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I love words. I love to read words. I love to understand their meanings. Ralph Keyes, writer for The American Scholar magazine refers to himself as a “wordy.” You can call me a “wordy.”

White roses are left at the door of Philip Seymour Hoffman's apartment building, Pickwick House
Photo by Andrew H. Walker/Getty Images
Love Pink
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I like to look up words in my Webster’s New Collegiate Dictionary. It’s not new. I received it from my much admire Uncle Walt for my high school graduation. What a great guy. He understood who I wanted to be. The dictionary has been my trusted friend for all theses years.

The thesaurus is a click away from me while I’m writing. It is for most writers. It’s wonderful to enter a word like “love” and find 40 equivalent words. I like to use my concordance for bible study to assist me in deepening my understanding of the ancient text.

I found a most exciting word the other day. Flourishing. It reminded me of flowers or flour. The word stems from the French word fleurs. I love flowers. I love growing things. I grew tomatoes inside my house with the light of the morning sun streaming through a large window, a feather duster for pollination, water, coffee grounds and love. Those tomatoes were the best I’ve ever eaten. The tomato plant flourished.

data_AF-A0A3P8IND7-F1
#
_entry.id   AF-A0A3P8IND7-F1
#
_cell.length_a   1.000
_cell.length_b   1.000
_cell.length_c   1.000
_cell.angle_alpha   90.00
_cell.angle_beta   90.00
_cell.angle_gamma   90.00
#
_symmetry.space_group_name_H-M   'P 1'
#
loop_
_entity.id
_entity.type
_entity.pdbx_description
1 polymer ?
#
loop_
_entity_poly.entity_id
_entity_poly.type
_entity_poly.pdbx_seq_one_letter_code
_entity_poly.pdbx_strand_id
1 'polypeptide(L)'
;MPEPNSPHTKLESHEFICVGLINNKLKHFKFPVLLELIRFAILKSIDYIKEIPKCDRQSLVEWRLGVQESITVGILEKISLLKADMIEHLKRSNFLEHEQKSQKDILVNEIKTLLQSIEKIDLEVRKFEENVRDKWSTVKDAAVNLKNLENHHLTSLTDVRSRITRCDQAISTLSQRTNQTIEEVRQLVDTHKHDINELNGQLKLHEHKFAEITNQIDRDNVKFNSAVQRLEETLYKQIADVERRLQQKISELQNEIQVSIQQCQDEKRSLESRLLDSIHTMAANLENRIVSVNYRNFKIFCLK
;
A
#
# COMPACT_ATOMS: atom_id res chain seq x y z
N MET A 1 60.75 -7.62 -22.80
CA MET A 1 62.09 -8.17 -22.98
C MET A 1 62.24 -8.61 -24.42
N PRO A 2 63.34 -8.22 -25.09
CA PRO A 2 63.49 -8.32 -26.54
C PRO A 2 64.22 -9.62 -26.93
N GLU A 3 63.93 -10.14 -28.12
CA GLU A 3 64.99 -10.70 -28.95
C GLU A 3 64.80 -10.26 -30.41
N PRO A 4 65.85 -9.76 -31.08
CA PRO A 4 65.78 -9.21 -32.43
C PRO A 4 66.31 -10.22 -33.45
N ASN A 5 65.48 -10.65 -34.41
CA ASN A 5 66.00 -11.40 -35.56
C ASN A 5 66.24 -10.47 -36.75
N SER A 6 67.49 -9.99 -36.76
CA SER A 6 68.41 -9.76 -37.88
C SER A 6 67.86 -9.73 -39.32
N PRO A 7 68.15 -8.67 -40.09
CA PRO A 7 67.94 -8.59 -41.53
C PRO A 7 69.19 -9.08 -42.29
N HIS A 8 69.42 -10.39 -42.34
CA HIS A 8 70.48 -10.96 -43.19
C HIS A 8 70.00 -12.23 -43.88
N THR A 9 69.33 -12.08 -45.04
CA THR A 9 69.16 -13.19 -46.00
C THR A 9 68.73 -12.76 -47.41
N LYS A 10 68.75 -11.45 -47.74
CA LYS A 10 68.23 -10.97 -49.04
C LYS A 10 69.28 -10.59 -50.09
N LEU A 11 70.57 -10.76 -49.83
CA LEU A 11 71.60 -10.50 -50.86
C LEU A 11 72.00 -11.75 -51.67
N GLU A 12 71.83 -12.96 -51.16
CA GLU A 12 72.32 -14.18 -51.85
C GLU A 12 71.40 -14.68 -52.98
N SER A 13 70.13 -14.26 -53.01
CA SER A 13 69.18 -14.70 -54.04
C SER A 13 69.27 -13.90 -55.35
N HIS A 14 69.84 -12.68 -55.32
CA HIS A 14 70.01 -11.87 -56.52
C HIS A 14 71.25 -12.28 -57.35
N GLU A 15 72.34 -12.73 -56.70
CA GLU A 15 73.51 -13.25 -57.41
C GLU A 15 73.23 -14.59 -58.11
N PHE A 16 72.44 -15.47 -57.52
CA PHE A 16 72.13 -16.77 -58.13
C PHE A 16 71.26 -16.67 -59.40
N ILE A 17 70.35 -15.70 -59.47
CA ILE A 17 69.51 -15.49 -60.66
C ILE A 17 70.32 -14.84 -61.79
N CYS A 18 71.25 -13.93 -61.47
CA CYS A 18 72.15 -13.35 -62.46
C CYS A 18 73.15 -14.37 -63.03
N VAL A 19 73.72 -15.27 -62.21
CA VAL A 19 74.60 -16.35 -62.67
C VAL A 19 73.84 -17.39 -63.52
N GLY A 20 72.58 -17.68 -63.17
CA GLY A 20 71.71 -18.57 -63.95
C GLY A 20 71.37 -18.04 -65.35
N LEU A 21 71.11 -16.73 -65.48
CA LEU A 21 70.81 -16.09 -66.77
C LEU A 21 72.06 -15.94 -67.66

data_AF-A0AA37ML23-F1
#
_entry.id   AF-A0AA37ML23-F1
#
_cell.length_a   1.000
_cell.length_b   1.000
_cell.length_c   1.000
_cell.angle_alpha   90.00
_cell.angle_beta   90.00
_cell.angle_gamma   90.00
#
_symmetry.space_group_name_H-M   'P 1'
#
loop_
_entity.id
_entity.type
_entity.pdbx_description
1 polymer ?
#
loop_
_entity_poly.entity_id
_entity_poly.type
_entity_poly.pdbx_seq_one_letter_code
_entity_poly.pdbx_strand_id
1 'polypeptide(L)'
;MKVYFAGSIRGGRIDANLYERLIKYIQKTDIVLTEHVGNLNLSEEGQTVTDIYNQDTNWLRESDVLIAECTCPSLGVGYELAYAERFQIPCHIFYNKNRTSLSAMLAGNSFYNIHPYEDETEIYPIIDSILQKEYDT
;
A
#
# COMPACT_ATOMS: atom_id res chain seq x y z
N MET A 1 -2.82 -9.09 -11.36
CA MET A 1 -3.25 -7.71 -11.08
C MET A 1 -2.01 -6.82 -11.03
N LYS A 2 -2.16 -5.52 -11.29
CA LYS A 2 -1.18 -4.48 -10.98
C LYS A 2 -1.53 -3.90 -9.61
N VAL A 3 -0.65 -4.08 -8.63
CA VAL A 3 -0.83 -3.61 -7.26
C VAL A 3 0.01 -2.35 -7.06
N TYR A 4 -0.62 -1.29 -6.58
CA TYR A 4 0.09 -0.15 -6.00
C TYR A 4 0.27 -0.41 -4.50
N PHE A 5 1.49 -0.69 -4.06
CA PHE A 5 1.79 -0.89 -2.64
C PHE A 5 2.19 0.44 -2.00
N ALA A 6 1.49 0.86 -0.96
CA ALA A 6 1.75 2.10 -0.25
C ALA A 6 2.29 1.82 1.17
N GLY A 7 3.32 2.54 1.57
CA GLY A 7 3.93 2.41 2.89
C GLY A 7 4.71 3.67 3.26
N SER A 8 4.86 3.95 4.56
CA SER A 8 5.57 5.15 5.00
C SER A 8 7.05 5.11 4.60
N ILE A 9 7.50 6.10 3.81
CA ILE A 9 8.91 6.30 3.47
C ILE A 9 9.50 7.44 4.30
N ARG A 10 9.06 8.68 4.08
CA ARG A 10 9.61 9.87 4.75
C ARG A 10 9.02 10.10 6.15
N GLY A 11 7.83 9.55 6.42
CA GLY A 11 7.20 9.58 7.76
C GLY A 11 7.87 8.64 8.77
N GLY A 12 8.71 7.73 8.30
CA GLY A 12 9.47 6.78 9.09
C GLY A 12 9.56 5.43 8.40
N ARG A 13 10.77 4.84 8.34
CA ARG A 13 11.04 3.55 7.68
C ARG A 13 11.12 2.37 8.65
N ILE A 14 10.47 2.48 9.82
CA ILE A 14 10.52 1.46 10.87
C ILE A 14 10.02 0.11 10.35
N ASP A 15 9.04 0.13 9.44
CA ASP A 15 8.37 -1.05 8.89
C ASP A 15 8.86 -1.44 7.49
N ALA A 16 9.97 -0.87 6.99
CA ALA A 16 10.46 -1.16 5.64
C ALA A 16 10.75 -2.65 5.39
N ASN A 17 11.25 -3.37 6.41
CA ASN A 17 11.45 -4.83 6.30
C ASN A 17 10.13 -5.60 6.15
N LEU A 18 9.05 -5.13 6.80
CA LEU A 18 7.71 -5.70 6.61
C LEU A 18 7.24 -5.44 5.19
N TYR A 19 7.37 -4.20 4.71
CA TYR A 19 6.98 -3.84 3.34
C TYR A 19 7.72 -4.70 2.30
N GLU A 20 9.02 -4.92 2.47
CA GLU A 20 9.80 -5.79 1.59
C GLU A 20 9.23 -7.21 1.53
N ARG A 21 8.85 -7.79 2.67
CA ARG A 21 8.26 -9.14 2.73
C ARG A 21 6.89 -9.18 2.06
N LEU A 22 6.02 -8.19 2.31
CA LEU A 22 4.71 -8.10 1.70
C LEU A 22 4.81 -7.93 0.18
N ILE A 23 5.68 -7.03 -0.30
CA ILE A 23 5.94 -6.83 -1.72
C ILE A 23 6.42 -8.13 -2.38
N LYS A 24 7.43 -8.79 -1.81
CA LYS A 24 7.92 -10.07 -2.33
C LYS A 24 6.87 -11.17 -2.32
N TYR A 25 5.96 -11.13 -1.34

Flourish, it means to grow luxuriantly, to achieve success, to be in a state of production, to reach a height of development, thriving. I like the way it sounds, I like the way it feels in my mouth as my teeth, tongue and lips bring the word to aural presentation.

I am flourishing. I have been for a couple of years now. It didn’t always seem like it. There are moments when I felt I was wilting, drying up. Perhaps, instead I have been in moments of abiding. Waiting, resting, as it is with all things growing. There is that time of pruning, where the old is cut away so that the strong can thrive. This is flourishing.

I love words. Good words. Strong words. The Song of Solomon has those kinds of words. Simply words that invoke passionate response.

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